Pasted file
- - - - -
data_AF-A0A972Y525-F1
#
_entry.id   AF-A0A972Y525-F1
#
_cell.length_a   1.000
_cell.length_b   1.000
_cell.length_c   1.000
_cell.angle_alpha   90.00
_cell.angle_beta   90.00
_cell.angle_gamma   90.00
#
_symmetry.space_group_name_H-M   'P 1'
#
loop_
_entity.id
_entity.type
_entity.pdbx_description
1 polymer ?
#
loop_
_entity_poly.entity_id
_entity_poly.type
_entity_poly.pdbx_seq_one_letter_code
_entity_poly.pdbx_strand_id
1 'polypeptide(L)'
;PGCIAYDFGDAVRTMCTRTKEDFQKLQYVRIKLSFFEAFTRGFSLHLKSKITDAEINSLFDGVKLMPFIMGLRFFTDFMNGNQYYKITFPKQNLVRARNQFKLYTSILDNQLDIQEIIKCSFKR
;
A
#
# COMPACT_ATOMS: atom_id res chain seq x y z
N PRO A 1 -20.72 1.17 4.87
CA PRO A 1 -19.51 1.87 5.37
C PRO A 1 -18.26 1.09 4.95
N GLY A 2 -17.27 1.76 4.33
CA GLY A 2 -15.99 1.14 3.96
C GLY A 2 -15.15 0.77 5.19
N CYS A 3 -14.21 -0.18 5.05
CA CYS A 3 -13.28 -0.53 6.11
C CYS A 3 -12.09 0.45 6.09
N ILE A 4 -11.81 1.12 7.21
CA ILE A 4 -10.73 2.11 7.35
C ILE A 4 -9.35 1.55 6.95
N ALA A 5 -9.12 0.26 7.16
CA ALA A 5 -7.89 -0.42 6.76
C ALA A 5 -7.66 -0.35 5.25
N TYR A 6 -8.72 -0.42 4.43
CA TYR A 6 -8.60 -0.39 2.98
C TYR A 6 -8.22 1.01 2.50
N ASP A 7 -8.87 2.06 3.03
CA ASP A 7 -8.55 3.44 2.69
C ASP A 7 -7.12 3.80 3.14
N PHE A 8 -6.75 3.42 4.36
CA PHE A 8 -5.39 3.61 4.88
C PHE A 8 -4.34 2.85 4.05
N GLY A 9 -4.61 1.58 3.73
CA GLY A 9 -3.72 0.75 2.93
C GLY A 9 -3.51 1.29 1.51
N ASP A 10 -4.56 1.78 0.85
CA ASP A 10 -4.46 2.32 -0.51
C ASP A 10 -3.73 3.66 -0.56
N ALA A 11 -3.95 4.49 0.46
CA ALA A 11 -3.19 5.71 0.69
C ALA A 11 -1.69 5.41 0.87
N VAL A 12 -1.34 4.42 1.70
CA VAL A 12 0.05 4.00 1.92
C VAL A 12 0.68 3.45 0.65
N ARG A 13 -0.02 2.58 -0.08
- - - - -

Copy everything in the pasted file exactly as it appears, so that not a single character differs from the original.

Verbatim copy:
data_AF-A0A972Y525-F1
#
_entry.id   AF-A0A972Y525-F1
#
_cell.length_a   1.000
_cell.length_b   1.000
_cell.length_c   1.000
_cell.angle_alpha   90.00
_cell.angle_beta   90.00
_cell.angle_gamma   90.00
#
_symmetry.space_group_name_H-M   'P 1'
#
loop_
_entity.id
_entity.type
_entity.pdbx_description
1 polymer ?
#
loop_
_entity_poly.entity_id
_entity_poly.type
_entity_poly.pdbx_seq_one_letter_code
_entity_poly.pdbx_strand_id
1 'polypeptide(L)'
;PGCIAYDFGDAVRTMCTRTKEDFQKLQYVRIKLSFFEAFTRGFSLHLKSKITDAEINSLFDGVKLMPFIMGLRFFTDFMNGNQYYKITFPKQNLVRARNQFKLYTSILDNQLDIQEIIKCSFKR
;
A
#
# COMPACT_ATOMS: atom_id res chain seq x y z
N PRO A 1 -20.72 1.17 4.87
CA PRO A 1 -19.51 1.87 5.37
C PRO A 1 -18.26 1.09 4.95
N GLY A 2 -17.27 1.76 4.33
CA GLY A 2 -15.99 1.14 3.96
C GLY A 2 -15.15 0.77 5.19
N CYS A 3 -14.21 -0.18 5.05
CA CYS A 3 -13.28 -0.53 6.11
C CYS A 3 -12.09 0.45 6.09
N ILE A 4 -11.81 1.12 7.21
CA ILE A 4 -10.73 2.11 7.35
C ILE A 4 -9.35 1.55 6.95
N ALA A 5 -9.12 0.26 7.16
CA ALA A 5 -7.89 -0.42 6.76
C ALA A 5 -7.66 -0.35 5.25
N TYR A 6 -8.72 -0.42 4.43
CA TYR A 6 -8.60 -0.39 2.98
C TYR A 6 -8.22 1.01 2.50
N ASP A 7 -8.87 2.06 3.03
CA ASP A 7 -8.55 3.44 2.69
C ASP A 7 -7.12 3.80 3.14
N PHE A 8 -6.75 3.42 4.36
CA PHE A 8 -5.39 3.61 4.88
C PHE A 8 -4.34 2.85 4.05
N GLY A 9 -4.61 1.58 3.73
CA GLY A 9 -3.72 0.75 2.93
C GLY A 9 -3.51 1.29 1.51
N ASP A 10 -4.56 1.78 0.85
CA ASP A 10 -4.46 2.32 -0.51
C ASP A 10 -3.73 3.66 -0.56
N ALA A 11 -3.95 4.49 0.46
CA ALA A 11 -3.19 5.71 0.69
C ALA A 11 -1.69 5.41 0.87
N VAL A 12 -1.34 4.42 1.70
CA VAL A 12 0.05 4.00 1.92
C VAL A 12 0.68 3.45 0.65
N ARG A 13 -0.02 2.58 -0.08